With The Sun In My Eyes: 20 Psychedelic Spins From The UK & Europe
Fairytales Can Come True: UK Popsike From The Late ‘60s
Inspired by an angry mag reader’s letter about how these days everything is easily being labeled as psychedelic, making the genre quite vague, “with the sun in his eyes” Nick Saloman attempts to offer his own, just as charmingly vague, but nonetheless great perception.
However vague it may be itself, the opening Give Me Money by PLASTIC PENNY, borrows the best Move-ments of Who-ever, making a perfect “shameless imitation”, immediately securing it’s “personal fave” tag in my book. Also being miles (and miles and miles and miles …) away from the sound the band is usually being associated with, the same goes for THE MINDBENDERS’ 1968 single B-side Yellow Brick Road, replacing their most commonly accepted “groovy kind of” soft-ish sound, for a much more adventurous mod-gone-psych formula.
Yet another “shameless imitation”, in it’s best possible form, comes from the Swedish beatsters OLA & THE JANGLERS and their Eastern-painted-Stoned-Yardbirds-like No One Knows What Happens Round The Corner, already comped on Dig the Fuzz’s 14th volume of Incredible Sound Show Stories (if memory serves me well), the same one where you’ve been able to hear one of GIORGIO’s (Moroder that is!?) pre-electronic moody popsike efforts Stop.
In spite of being easily accessible since RPM’s 2005 Definitive Collection (reviewed elsewhere on these pages), MAJORITY ONE’s harmony laden fuzzed-out crunch of Get Back Home is a more than welcome addition, as is John Pantry’s Kinky Emitt Rhodes-sounding Woman On My Mind, released with PETER & THE WOLVES, and available through Tenth Planet’s vinyl release of his collected works. As an obvious evidence of inevitable vagueness, check out WINSTON G’s obvious rip off, of the not-really-psychedelic-but-nonetheless-great, early(est) Small Faces’ blue-eyed r’n’b sound, heard in Bye Bye Baby.
On an even more melodic, and considerably less lysergic side of the trip, where “fairytales can come true”, the first of those that seem to stand out in every way, and might as well have fitted the above concept much better, are the Jackie Lomax fronted bunch of Americans, brought to the Merseyside to become THE LOMAX ALLIANCE, another one of decade’s could’ve-beens, had it not been for Brian Epstein’s sudden death, with the quirky little popsike gem called See The People being one of the tracks from their unissued album to evidence this.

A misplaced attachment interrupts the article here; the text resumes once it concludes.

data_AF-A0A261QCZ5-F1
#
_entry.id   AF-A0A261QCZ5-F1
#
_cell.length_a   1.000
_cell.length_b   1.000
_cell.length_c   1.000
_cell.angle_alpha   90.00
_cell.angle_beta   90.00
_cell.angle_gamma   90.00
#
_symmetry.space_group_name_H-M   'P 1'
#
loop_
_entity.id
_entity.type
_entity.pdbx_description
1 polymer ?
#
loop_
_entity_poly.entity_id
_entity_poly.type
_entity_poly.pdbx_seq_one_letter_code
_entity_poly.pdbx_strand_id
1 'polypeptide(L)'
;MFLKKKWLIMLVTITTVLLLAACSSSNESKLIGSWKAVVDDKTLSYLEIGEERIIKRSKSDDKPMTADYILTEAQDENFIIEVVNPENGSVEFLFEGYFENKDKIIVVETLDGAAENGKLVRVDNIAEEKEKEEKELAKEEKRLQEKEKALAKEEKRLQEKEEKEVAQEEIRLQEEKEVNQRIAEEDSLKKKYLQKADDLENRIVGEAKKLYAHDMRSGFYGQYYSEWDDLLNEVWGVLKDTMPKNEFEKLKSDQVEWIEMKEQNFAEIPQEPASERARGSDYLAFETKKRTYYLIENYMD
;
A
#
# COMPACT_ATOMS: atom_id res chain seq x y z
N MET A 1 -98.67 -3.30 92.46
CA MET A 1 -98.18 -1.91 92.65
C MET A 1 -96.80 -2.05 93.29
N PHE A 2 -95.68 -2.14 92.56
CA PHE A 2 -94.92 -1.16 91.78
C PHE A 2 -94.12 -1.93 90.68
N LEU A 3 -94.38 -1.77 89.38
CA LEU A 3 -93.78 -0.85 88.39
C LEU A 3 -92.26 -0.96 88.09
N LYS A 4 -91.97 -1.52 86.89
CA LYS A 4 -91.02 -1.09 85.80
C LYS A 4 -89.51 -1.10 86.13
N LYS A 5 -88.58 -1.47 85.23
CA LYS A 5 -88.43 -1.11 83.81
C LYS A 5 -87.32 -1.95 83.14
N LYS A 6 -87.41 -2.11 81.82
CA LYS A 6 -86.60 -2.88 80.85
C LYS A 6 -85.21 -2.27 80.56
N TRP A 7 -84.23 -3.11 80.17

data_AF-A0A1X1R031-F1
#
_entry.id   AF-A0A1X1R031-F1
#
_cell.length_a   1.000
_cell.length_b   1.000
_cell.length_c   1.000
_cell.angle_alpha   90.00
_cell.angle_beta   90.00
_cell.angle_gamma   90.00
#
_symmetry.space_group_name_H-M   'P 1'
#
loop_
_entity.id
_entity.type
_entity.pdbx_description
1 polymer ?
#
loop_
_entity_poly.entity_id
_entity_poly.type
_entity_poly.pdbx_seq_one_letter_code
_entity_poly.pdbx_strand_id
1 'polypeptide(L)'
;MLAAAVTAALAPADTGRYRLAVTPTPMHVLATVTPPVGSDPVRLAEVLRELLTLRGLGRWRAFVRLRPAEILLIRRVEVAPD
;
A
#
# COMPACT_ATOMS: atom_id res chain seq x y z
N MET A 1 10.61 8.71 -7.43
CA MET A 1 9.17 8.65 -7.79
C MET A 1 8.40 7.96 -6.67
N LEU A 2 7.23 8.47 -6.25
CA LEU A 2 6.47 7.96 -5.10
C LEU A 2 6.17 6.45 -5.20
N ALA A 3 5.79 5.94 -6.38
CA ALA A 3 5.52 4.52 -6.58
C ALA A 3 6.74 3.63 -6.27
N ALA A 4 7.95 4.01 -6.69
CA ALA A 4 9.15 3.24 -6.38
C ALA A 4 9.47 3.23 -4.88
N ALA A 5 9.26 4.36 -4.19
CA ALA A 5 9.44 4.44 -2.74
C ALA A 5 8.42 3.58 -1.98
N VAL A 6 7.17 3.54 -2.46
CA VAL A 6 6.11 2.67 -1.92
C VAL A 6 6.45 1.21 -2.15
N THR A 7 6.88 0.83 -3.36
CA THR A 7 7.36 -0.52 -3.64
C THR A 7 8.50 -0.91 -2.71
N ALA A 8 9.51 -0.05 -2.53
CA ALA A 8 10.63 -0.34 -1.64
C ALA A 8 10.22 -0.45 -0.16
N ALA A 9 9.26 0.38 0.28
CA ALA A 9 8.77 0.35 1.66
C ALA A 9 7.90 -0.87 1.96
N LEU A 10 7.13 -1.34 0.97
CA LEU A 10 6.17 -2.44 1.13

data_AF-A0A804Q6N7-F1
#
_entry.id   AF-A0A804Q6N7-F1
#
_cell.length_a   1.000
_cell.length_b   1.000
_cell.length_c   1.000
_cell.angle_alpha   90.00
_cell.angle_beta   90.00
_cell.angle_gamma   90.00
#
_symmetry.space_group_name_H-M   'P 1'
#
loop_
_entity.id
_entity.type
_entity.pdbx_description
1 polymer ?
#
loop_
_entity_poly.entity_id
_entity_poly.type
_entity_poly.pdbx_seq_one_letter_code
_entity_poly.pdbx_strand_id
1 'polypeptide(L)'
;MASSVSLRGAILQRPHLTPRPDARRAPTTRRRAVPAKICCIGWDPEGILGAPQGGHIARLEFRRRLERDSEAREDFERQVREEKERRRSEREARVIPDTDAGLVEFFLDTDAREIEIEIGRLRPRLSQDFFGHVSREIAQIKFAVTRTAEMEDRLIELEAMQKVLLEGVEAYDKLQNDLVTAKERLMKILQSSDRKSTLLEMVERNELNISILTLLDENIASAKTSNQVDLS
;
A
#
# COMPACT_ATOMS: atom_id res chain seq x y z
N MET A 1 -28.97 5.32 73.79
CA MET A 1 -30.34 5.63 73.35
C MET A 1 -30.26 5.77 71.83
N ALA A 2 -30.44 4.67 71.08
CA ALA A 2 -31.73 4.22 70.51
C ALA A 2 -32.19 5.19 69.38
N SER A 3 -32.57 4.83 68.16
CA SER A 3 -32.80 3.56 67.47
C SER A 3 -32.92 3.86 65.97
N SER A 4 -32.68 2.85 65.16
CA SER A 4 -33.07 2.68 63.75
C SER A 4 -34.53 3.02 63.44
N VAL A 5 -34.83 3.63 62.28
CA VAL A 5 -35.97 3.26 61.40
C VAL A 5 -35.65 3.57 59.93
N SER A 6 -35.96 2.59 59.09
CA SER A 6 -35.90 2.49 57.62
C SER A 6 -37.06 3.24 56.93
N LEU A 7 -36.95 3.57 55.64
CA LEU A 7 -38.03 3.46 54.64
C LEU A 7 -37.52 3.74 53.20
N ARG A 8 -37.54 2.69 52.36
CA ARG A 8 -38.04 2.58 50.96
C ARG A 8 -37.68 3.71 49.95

The second of the kind is HEDGEHOPPERS ANONYMOUS’ original version of Daytime, which might be considered for a minor freakbeat classic, after recorded by The Darwin’s Theory. Of the more obvious kinds of entries, there’s a couple of West Coast-ish sunshine harmony laden pieces, such as the opening Summer Of Last Year by THE PYRAMID, sounding as if it might’ve fallen out of the “flowerpot”, or the pair that might’ve just as easily come from under the Turtle-shell, as delivered by SAN FRANCISCO EARTHQUAKE (the title tune) and the renown Scottish tandem of GALLAGHER-LYLE (Trees).
Another inevitable ingredient of anything popsike-related, is the baroque’n’roll approach, here provided by an ex-Jaywalker, FRED LLOYD (You Kissed Him), P.J. Proby’s hairdresser (!?!) BERRY BENSON and his own take on Larry Page’s Cousin Jane (made more famous by another bunch of his protégés, The Troggs), as well as DAVE CHRISTIE and his sole single Penelope Breedlove, giving the latter days Zombies a serious run for their money (incidentally, recently released on Fading Yellow’s latest, 9th volume as well).
The pair of names to be instantly recognized by most of you, are THE SEARCHERS and THE ROULETTES, both featured with their post-Merseybeat, and equally great for that matter, late’60s single sides Umbrella Man and Help Me To Help Myself respectively.
Let the sun shine into your eyes, and blinded by its psychedelic rays, you’ll realize that fairytales ARE true actually.
[Released by Psychic Circle 2007]